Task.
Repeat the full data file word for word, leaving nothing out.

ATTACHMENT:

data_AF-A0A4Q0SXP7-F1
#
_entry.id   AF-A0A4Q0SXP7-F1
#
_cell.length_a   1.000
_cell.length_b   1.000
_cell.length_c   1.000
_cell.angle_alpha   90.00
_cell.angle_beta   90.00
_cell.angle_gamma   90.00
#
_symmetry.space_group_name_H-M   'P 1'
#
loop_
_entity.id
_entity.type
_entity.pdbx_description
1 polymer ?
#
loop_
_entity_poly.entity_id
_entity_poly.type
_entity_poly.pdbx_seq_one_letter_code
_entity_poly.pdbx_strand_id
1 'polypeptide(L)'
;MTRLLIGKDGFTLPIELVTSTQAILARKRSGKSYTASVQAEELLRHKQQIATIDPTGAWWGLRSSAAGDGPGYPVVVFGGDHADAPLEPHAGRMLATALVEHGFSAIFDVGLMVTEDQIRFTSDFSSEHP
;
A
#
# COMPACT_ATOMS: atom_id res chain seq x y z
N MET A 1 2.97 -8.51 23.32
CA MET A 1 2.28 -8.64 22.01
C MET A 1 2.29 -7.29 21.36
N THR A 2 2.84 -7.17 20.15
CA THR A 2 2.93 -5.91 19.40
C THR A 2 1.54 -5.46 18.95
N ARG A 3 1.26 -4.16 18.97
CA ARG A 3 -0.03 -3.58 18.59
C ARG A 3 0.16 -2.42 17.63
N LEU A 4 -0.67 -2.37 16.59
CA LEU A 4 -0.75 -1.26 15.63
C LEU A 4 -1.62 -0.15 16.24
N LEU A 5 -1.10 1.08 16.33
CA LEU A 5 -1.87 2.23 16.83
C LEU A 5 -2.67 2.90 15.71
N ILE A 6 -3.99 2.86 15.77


data_AF-A0A4Q0SXP7-F1
#
_entry.id   AF-A0A4Q0SXP7-F1
#
_cell.length_a   1.000
_cell.length_b   1.000
_cell.length_c   1.000
_cell.angle_alpha   90.00
_cell.angle_beta   90.00
_cell.angle_gamma   90.00
#
_symmetry.space_group_name_H-M   'P 1'
#
loop_
_entity.id
_entity.type
_entity.pdbx_description
1 polymer ?
#
loop_
_entity_poly.entity_id
_entity_poly.type
_entity_poly.pdbx_seq_one_letter_code
_entity_poly.pdbx_strand_id
1 'polypeptide(L)'
;MTRLLIGKDGFTLPIELVTSTQAILARKRSGKSYTASVQAEELLRHKQQIATIDPTGAWWGLRSSAAGDGPGYPVVVFGGDHADAPLEPHAGRMLATALVEHGFSAIFDVGLMVTEDQIRFTSDFSSEHP
;
A
#
# COMPACT_ATOMS: atom_id res chain seq x y z
N MET A 1 2.97 -8.51 23.32
CA MET A 1 2.28 -8.64 22.01
C MET A 1 2.29 -7.29 21.36
N THR A 2 2.84 -7.17 20.15
CA THR A 2 2.93 -5.91 19.40
C THR A 2 1.54 -5.46 18.95
N ARG A 3 1.26 -4.16 18.97
CA ARG A 3 -0.03 -3.58 18.59
C ARG A 3 0.16 -2.42 17.63
N LEU A 4 -0.67 -2.37 16.59
CA LEU A 4 -0.75 -1.26 15.63
C LEU A 4 -1.62 -0.15 16.24
N LEU A 5 -1.10 1.08 16.33
CA LEU A 5 -1.87 2.23 16.83
C LEU A 5 -2.67 2.90 15.71
N ILE A 6 -3.99 2.86 15.77